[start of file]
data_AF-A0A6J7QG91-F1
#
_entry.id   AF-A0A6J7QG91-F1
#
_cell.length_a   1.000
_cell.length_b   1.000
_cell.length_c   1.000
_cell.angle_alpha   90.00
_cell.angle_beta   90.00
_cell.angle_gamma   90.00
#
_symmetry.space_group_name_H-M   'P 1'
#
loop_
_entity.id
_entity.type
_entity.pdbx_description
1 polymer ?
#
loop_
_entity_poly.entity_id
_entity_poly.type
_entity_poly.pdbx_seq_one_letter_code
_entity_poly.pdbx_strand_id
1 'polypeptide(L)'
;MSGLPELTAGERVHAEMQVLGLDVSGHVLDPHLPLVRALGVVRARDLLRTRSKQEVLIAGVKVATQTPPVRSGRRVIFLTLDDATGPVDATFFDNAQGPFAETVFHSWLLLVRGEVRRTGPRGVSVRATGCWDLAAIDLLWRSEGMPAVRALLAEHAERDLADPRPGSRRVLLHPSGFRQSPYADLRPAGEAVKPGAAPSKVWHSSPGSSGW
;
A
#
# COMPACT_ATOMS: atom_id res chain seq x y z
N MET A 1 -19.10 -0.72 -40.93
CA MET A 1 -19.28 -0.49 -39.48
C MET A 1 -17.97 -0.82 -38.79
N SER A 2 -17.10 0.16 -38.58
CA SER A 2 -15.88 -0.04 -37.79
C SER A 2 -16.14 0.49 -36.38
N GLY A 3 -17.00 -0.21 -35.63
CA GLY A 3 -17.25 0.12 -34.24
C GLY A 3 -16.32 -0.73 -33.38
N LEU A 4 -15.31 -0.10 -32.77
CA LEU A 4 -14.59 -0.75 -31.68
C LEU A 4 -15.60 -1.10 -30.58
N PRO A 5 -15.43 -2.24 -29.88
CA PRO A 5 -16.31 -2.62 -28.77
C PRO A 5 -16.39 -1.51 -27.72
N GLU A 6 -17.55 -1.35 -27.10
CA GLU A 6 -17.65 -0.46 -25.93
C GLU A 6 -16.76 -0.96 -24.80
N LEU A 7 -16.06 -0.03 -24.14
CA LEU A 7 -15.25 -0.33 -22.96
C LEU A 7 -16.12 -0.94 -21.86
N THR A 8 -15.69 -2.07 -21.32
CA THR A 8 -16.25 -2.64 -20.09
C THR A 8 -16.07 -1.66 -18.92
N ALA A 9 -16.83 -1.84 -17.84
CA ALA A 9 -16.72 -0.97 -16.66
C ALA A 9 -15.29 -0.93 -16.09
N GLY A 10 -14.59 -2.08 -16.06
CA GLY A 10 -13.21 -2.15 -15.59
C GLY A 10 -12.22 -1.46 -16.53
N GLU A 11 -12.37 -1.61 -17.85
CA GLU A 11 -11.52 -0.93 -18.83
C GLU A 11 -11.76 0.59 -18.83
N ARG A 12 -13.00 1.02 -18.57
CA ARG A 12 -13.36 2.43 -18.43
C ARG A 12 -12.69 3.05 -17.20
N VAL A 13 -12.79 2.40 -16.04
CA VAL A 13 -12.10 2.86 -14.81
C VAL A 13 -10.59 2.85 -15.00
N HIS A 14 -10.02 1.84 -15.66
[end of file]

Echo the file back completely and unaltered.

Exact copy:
data_AF-A0A6J7QG91-F1
#
_entry.id   AF-A0A6J7QG91-F1
#
_cell.length_a   1.000
_cell.length_b   1.000
_cell.length_c   1.000
_cell.angle_alpha   90.00
_cell.angle_beta   90.00
_cell.angle_gamma   90.00
#
_symmetry.space_group_name_H-M   'P 1'
#
loop_
_entity.id
_entity.type
_entity.pdbx_description
1 polymer ?
#
loop_
_entity_poly.entity_id
_entity_poly.type
_entity_poly.pdbx_seq_one_letter_code
_entity_poly.pdbx_strand_id
1 'polypeptide(L)'
;MSGLPELTAGERVHAEMQVLGLDVSGHVLDPHLPLVRALGVVRARDLLRTRSKQEVLIAGVKVATQTPPVRSGRRVIFLTLDDATGPVDATFFDNAQGPFAETVFHSWLLLVRGEVRRTGPRGVSVRATGCWDLAAIDLLWRSEGMPAVRALLAEHAERDLADPRPGSRRVLLHPSGFRQSPYADLRPAGEAVKPGAAPSKVWHSSPGSSGW
;
A
#
# COMPACT_ATOMS: atom_id res chain seq x y z
N MET A 1 -19.10 -0.72 -40.93
CA MET A 1 -19.28 -0.49 -39.48
C MET A 1 -17.97 -0.82 -38.79
N SER A 2 -17.10 0.16 -38.58
CA SER A 2 -15.88 -0.04 -37.79
C SER A 2 -16.14 0.49 -36.38
N GLY A 3 -17.00 -0.21 -35.63
CA GLY A 3 -17.25 0.12 -34.24
C GLY A 3 -16.32 -0.73 -33.38
N LEU A 4 -15.31 -0.10 -32.77
CA LEU A 4 -14.59 -0.75 -31.68
C LEU A 4 -15.60 -1.10 -30.58
N PRO A 5 -15.43 -2.24 -29.88
CA PRO A 5 -16.31 -2.62 -28.77
C PRO A 5 -16.39 -1.51 -27.72
N GLU A 6 -17.55 -1.35 -27.10
CA GLU A 6 -17.65 -0.46 -25.93
C GLU A 6 -16.76 -0.96 -24.80
N LEU A 7 -16.06 -0.03 -24.14
CA LEU A 7 -15.25 -0.33 -22.96
C LEU A 7 -16.12 -0.94 -21.86
N THR A 8 -15.69 -2.07 -21.32
CA THR A 8 -16.25 -2.64 -20.09
C THR A 8 -16.07 -1.66 -18.92
N ALA A 9 -16.83 -1.84 -17.84
CA ALA A 9 -16.72 -0.97 -16.66
C ALA A 9 -15.29 -0.93 -16.09
N GLY A 10 -14.59 -2.08 -16.06
CA GLY A 10 -13.21 -2.15 -15.59
C GLY A 10 -12.22 -1.46 -16.53
N GLU A 11 -12.37 -1.61 -17.85
CA GLU A 11 -11.52 -0.93 -18.83
C GLU A 11 -11.76 0.59 -18.83
N ARG A 12 -13.00 1.02 -18.57
CA ARG A 12 -13.36 2.43 -18.43
C ARG A 12 -12.69 3.05 -17.20
N VAL A 13 -12.79 2.40 -16.04
CA VAL A 13 -12.10 2.86 -14.81
C VAL A 13 -10.59 2.85 -15.00
N HIS A 14 -10.02 1.84 -15.66